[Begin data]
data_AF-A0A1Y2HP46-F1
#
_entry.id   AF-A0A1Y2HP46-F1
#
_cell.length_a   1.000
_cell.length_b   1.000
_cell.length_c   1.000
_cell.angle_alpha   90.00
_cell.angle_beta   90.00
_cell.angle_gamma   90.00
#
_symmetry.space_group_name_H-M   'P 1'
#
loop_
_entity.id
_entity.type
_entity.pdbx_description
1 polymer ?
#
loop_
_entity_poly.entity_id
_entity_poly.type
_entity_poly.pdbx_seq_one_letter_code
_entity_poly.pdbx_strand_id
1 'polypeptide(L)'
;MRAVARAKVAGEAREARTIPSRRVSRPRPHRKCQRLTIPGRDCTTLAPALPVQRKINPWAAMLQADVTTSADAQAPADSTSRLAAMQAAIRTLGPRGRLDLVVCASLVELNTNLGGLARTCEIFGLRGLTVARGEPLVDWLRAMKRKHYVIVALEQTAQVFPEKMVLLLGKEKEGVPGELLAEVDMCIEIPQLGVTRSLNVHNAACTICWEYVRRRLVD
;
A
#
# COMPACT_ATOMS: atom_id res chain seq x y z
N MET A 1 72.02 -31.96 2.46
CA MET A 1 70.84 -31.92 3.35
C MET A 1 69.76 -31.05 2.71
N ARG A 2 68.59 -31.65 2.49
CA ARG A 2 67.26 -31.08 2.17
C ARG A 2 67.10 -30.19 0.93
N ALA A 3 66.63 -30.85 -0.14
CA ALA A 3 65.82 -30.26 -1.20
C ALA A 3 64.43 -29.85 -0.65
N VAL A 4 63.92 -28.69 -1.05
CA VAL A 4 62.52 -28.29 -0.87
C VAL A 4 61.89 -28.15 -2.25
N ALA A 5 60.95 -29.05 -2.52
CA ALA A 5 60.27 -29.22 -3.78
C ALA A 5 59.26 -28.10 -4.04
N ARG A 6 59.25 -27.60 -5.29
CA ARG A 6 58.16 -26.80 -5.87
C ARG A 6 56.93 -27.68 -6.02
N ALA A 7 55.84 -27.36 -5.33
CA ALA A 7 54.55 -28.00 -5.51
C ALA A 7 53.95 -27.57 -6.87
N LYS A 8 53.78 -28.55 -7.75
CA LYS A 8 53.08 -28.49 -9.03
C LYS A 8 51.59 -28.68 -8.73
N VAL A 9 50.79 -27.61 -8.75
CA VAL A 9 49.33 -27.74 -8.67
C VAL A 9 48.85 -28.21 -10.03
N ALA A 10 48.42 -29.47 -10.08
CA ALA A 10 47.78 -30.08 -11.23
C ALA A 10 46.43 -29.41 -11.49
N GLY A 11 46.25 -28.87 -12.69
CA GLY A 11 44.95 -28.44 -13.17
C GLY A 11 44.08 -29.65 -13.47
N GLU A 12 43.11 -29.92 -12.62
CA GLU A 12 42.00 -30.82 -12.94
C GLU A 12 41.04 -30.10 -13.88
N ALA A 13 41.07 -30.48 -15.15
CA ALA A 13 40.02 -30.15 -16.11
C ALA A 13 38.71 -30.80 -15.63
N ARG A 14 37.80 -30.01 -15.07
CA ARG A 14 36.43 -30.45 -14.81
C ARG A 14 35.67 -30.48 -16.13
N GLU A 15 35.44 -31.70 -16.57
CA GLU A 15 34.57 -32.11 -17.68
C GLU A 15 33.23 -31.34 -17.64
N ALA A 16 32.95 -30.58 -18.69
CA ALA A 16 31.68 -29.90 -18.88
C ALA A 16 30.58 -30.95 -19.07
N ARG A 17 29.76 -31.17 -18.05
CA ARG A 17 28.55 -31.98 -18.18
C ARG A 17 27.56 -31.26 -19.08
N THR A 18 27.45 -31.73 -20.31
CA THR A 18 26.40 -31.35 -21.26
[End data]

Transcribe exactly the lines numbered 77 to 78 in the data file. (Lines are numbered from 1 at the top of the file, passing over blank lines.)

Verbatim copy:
CA ALA A 16 31.68 -29.90 -18.88
C ALA A 16 30.58 -30.95 -19.07